• Personalized phone calls (vs. robo-calls) at five unexcused absences appear to be more effective in preventing further unexcused absences
  • There is a lack of school choices and a need for more flexible schedules for some students, particularly middle school students.

Comparison of averages of absences at pilot schools for 40th, 80th, 120th day, and end of year data will be a good indicator of effectiveness where interventions have been put into place.  Indicators to watch for in students are low school grades, truancy, and behavior.  Communication with families about options plays a big role to rectifying this behavior.

While there have been success stories, there is still a need to determine how many truancy intervention contacts that students participating in the pilot received in order to better determine if the pilot program is making a difference.

Recommendations for the future include:

  • Phase in the truancy modified case management approach to all schools over the next three years (cost is estimated at $343,177 to add five social workers in fiscal year (FY) 2015 (beginning at schools with the highest rates of truancy); $1,029,519 to hire an additional 10 social workers in FY 2016; and $2,059,029 to hire an additional 15 social workers in FY 2017 for a total of 30 social workers.  This would allow for one social worker per five schools (counselors with case management capacity could also serve in this role)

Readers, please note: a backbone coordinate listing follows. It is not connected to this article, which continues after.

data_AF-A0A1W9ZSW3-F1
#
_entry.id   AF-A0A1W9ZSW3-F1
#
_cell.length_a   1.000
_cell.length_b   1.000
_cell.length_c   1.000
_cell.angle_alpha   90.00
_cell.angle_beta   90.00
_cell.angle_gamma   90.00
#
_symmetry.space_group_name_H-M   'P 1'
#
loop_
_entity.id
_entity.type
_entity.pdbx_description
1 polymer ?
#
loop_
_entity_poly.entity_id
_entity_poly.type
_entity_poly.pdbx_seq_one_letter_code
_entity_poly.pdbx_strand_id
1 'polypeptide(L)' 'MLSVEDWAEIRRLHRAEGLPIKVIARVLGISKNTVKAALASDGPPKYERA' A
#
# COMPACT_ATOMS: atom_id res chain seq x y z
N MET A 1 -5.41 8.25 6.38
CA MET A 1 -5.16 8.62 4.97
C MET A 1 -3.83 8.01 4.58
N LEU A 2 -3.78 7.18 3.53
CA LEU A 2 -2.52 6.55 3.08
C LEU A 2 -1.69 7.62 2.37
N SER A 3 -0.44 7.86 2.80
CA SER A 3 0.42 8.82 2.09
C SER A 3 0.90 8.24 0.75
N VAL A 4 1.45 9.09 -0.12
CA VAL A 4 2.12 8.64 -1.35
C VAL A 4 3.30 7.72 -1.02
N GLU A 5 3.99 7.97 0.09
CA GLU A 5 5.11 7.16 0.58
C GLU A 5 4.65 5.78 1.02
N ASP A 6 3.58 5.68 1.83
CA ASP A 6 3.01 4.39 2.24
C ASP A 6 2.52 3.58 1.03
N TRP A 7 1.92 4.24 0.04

• Expand the number of mental health providers (e.g., social workers) who can work with regular education students
  • Develop and implement a single district-wide process for parents to excuse students
  • Expand schools of choice options aimed at reducing truancy
  • Update the 10-day habitual truancy notice
  • Update the truancy intervention pilot forms
  • Develop and implement a system for schools to update contact information for parent/guardians on an on-going basis
  • Provide personalized outreach to the families of students, who are truant starting before they reach 10 unexcused absences
  • Conduct home visits for truant students
  • Equip school, district, and/or community-based outreach workers with information on resources for student and families
  • Develop partnerships with city, county, and businesses to help prevent truancy